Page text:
Why Manager’s Should Not Give Up Control
In the Joy at Work, Dennis Bakke, founder and past CEO of the multi-billion dollar enterprise, AEM does an excellent job of being authentic and showing examples of how companies can make work feel less like work. When he introduced the concept of management, he spelled out a few things that could empower employees lower in the corporate hierarchy. One of his pieces of advice was for management to give up certain power, decision making and activities in order for lower employees to feel more like contributing players and allowing them to have more control over their work.
His point to encourage managers to give us responsibility seems like a sound and noble idea. Having managers give up control to lower level employees will encourage retention and autonomy in the workforce. However, upon further analysis, something seemed astray. While a nice idea, I realized that if managers plan to keep their job are better off not giving up decision making, power, or rather control.
A Deeper Look
This idea seems to run contrary to a lot of popular business fundamentals but take a minute and consider the following:
When I was in my first full time position as a software engineer, I was talking to the CTO of Lithium Technologies who now Vice President at eBay about career development. He told me the best way to get promoted is to be doing exactly what someone with the title above you is doing. Hence, you need to perform the same activities as someone above you to become eligible for promotion.
Imagine that each person’s job as a series of activities. For example, let’s take a job like a waiter/waitress. They will need to greet customers, take orders, give the orders to the kitchen, place meals on the table, and collect the bill. Their boss, usually called the general manager, will have similar activities if they are on duty as well as, one on one meetings, firing employees, interviewing employees, giving employees feedback, opening the restaurant and handling heated customers.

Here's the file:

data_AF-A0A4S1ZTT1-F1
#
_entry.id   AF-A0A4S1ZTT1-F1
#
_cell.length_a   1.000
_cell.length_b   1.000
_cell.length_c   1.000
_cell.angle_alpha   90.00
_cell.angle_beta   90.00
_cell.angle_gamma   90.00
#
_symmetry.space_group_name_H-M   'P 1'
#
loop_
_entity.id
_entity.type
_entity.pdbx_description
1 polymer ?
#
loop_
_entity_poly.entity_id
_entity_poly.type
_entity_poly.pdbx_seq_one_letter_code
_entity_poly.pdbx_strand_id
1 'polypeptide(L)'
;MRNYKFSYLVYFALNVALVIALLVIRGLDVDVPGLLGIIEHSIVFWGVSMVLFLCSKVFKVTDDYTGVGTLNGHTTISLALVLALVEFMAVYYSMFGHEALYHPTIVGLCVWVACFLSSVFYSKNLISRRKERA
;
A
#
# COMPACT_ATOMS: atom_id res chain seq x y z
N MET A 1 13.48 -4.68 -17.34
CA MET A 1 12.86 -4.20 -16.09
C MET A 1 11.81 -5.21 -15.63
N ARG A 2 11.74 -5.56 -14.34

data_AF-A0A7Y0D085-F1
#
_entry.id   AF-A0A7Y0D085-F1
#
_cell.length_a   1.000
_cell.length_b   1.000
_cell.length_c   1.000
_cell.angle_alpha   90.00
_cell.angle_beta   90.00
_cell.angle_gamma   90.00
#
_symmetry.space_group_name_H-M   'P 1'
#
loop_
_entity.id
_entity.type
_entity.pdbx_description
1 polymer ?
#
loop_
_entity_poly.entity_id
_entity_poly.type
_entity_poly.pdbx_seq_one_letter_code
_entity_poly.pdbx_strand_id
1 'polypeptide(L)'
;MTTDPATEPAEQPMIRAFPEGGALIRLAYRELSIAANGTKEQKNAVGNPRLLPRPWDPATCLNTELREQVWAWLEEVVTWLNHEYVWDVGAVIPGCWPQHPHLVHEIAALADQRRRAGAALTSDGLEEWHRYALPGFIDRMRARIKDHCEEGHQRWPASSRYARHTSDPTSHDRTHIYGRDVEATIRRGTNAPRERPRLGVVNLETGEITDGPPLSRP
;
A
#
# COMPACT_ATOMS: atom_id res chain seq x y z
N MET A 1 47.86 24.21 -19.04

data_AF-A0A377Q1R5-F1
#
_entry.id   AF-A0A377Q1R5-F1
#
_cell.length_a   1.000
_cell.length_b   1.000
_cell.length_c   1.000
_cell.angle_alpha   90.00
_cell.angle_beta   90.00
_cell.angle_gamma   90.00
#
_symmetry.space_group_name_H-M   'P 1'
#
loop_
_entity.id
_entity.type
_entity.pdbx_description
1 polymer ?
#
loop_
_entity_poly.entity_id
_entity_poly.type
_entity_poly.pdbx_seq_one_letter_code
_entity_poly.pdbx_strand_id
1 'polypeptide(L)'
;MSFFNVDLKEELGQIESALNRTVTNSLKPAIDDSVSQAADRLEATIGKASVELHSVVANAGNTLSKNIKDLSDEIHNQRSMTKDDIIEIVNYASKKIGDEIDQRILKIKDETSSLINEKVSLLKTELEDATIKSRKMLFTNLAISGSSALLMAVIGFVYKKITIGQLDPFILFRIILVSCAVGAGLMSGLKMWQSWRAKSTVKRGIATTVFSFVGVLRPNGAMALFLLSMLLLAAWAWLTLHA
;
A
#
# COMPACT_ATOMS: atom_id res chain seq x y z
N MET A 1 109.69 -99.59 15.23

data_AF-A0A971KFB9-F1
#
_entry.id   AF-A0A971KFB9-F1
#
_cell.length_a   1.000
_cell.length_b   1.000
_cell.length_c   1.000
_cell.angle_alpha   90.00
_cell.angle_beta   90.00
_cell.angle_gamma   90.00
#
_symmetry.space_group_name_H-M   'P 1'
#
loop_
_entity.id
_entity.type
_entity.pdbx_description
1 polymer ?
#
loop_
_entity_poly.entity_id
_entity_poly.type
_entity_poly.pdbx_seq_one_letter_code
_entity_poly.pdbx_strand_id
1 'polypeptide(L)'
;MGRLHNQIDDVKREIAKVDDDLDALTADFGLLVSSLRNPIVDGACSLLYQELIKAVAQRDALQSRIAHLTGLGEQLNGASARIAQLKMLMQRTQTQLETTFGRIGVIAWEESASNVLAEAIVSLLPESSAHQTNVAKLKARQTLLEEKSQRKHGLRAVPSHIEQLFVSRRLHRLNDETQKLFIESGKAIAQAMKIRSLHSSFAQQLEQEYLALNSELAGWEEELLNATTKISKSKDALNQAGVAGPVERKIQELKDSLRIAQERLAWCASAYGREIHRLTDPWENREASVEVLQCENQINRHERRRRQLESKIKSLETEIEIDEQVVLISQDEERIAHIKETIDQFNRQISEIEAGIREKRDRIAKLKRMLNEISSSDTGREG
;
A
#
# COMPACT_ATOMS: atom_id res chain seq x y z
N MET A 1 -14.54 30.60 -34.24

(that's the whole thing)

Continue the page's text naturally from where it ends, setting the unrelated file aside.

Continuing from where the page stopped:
Now, under Bakke’s idea, managers should give lower level employees more responsibility or rather activities. For a first step, the general manager will give up decision making – interview employees and having their direct reports handle them. Slowly but surely, each activity that once handled by the manager, now the employees are responsible for. At this point, when the manager has no activities to perform, do they even have a job? Well, no. By allowing lower level employees take more and more responsibility the manager has successfully removed the need for their involvement in the company.
Having lower level employees have more responsibility is supported by Self Determination Theory. This theory states that in order for employees to be happy in their work, they need to be intrinsically motivated and one of the pillars needed for that motivation is autonomy. By allowing employees more responsibility and control over their work, the company is effectively implementing the foundation principles to Self Determination Theory.
Another to empower lower level employees is effective career development. Utilizing this approach employees can overtime have more responsibility to keep on pace with career development.
Now, reflecting back to Bakke’s piece of advice, is it really something that managers should invest in? Especially knowing that they can eventually become replaced?
The argument for why this model might work is that people overtime will leave jobs and open up opportunities for other people in the organization. Unfortunately, some jobs become capped, locked in space and when preventing promotion unless someone above them is fired.
Bakke brought forward many great points in his book. The idea to promote internal career growth is an excellent idea, but it also must be supported by the management tier. Career growth opportunities are difficult. People are malleable entities where job can stay fixed. While a noble ideas, managers should be cautious to not replace themselves by allowing subordinates having too much responsibility. Lines need to be drawn in the sand showing what activities should a manager not give up in order to provide job security to managers and also allow employees effective career development.
Jeff Butler Internationally respected speaker and consultant, Jeff Butler helps bridge generational gaps between Millennials and companies looking for their talent and patronage. Butler has quickly built his reputation as a memorable presenter with tangible solutions for attracting, retaining, and engaging Millennials as employees and customers. Within just the past three years, he has spoken at two TEDx events and multiple Fortune 500 companies such as Google, Amazon, and LinkedIn.
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